I consider the fact that there are a number of interesting ways to ‘reconstruct’ quantum theory, and suggest that, very broadly speaking, a form of ‘instrumentalism’ makes good sense of the situation. This view runs against some common wisdom, which dismisses instrumentalism as ‘cheap’. In contrast, I consider how an instrumentalist might think about the reconstruction theorems, and, having made a distinction between ‘reconstructing’ quantum theory and ‘reinventing’ quantum theory, I suggest that there is an adequate (not ‘cheap’) instrumentalist approach to the theory (and to these theorems) that invokes both.
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My divisions are artificial, and set aside work that might be considered relevant. Bohmians, for example, might be taken as ‘reconstructing’ quantum theory from various assumptions about the nature of point particles, the forces they experience, and our capacities to interact with them. See, e.g., .
Bub , for example, speaks of quantum information as “a new physical primitive”.
Fuchs  is famous for giving something like this answer.
I have left out of the discussion the ‘partial reconstructions’ identified by Grinbaum [15, 16], such as the ‘toy models’ of Spekkens . In this work, researchers produce models that reconstruct a portion of quantum theory, intentionally leaving the rest out for the purpose of investigating some one (or few) principles independently of the rest of quantum theory. This activity is consonant with the instrumentalist view. In contrast, a traditional realist position appears to have more trouble making sense of the value of this theoretical activity, because of the ‘unreality’ of the assumptions that go into the construction of these ’intentionally incomplete’ models.
The suggestion is not that these theorems ‘reinvent the wheel’ in a pejorative sense, but that they re-present quantum in a new light, potentially providing new understanding.
I do not pretend to be the first to raise such questions, which are common in the history of the discussion of operationalism in physics. I merely apply them to recent work in axiomatics, not by way of objection to that work, but to suggest that there may be legitimate instrumentalist interest in what I will call ‘reconstruction’.
No presumption is made here, by using the term ‘system’, that there are little yellow orbs, or anything of the kind, traveling from one apparatus to another. The presumption is simply that we have identified procedures that may, prima facie, be understood in the way described.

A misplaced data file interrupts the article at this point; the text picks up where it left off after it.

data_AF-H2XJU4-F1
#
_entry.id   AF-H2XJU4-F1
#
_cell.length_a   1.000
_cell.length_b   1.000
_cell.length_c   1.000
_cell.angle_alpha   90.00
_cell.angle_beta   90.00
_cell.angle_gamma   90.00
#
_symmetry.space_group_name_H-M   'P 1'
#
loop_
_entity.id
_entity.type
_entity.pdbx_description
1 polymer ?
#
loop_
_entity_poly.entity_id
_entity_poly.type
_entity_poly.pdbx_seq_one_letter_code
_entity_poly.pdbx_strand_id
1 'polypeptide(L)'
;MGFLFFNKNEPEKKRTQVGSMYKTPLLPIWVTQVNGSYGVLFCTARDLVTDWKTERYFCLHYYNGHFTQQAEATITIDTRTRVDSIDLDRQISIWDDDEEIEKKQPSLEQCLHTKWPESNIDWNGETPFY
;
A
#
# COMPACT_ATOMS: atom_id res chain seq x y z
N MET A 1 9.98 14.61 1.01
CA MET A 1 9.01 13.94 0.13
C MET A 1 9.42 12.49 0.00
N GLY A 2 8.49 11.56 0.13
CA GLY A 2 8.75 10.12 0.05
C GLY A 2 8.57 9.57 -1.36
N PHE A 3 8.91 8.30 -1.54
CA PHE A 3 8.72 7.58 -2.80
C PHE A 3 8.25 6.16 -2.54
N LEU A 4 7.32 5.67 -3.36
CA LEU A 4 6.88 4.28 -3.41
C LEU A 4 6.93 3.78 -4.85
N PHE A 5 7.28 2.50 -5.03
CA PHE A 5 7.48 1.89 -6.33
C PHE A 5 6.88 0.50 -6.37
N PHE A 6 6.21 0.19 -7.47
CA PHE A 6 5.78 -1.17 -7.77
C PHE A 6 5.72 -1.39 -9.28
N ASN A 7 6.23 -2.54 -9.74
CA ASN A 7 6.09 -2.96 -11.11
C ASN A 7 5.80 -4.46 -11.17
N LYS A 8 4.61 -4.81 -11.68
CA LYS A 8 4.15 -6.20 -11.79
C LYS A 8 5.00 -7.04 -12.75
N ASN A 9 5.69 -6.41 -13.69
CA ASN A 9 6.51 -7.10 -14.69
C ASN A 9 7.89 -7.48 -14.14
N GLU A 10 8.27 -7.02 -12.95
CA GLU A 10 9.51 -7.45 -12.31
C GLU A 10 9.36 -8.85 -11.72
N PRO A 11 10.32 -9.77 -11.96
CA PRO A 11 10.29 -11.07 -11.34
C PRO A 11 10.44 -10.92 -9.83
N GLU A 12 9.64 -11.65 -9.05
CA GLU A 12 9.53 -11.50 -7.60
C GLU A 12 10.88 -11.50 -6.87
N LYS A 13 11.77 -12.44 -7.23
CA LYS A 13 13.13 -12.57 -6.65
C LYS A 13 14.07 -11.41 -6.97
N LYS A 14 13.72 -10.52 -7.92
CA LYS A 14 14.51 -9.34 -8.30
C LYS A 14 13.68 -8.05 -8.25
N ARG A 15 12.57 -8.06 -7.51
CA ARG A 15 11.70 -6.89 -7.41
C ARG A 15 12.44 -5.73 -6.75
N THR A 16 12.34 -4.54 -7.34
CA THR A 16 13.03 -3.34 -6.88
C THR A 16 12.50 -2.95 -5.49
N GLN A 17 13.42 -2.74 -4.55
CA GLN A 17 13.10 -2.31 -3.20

I set aside, here, the interesting but thorny question of what counts as ‘success’ of a theory.
These questions do not presuppose a realist standpoint, but only recognize that as a matter of fact, laboratory procedures are described in these terms. The question is: How are we to understand those descriptions?
For the sake of keeping things relatively simple, I stick to non-relativistic quantum theory.
I am leaving out some details. See  for a more careful discussion, and references to the original results.
Again, I’m leaving out some mathematical details and assumptions. They do not affect the main point being made, here.
This point perhaps echoes a similar point (arrived at from a somewhat different angle) made by Grinbaum : “Philosophical and linguistic justification, and mathematical derivation, play here a game of mutual onslaught and retreat which, ultimately, leads to the advance of science”.
I’m not convinced that anybody ever really thoughtfully believed in cheap instrumentalism.
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Thanks to the organizers of the session on reconstruction theorems, to two anonymous referees, and to the participants for their helpful questions and comments.
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Dickson, M. Reconstruction and Reinvention in Quantum Theory. Found Phys 45, 1330–1340 (2015). https://doi.org/10.1007/s10701-015-9946-x
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